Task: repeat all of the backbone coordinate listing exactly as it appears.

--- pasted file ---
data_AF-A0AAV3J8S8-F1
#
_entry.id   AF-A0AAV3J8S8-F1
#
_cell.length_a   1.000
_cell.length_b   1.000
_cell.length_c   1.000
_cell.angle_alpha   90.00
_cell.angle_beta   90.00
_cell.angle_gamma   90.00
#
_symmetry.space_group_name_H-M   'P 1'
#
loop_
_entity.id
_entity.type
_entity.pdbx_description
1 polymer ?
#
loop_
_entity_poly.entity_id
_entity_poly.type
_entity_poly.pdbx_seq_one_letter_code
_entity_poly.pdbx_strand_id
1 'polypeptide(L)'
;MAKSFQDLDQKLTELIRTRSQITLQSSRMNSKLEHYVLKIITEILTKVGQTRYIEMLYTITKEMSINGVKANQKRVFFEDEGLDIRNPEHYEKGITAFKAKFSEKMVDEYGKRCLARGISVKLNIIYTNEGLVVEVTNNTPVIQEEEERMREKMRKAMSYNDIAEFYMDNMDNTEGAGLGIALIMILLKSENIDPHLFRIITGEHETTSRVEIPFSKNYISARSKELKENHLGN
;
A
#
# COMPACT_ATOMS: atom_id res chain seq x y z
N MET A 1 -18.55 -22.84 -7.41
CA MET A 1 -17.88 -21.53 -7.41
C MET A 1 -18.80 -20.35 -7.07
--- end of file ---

data_AF-A0AAV3J8S8-F1
#
_entry.id   AF-A0AAV3J8S8-F1
#
_cell.length_a   1.000
_cell.length_b   1.000
_cell.length_c   1.000
_cell.angle_alpha   90.00
_cell.angle_beta   90.00
_cell.angle_gamma   90.00
#
_symmetry.space_group_name_H-M   'P 1'
#
loop_
_entity.id
_entity.type
_entity.pdbx_description
1 polymer ?
#
loop_
_entity_poly.entity_id
_entity_poly.type
_entity_poly.pdbx_seq_one_letter_code
_entity_poly.pdbx_strand_id
1 'polypeptide(L)'
;MAKSFQDLDQKLTELIRTRSQITLQSSRMNSKLEHYVLKIITEILTKVGQTRYIEMLYTITKEMSINGVKANQKRVFFEDEGLDIRNPEHYEKGITAFKAKFSEKMVDEYGKRCLARGISVKLNIIYTNEGLVVEVTNNTPVIQEEEERMREKMRKAMSYNDIAEFYMDNMDNTEGAGLGIALIMILLKSENIDPHLFRIITGEHETTSRVEIPFSKNYISARSKELKENHLGN
;
A
#
# COMPACT_ATOMS: atom_id res chain seq x y z
N MET A 1 -18.55 -22.84 -7.41
CA MET A 1 -17.88 -21.53 -7.41
C MET A 1 -18.80 -20.35 -7.07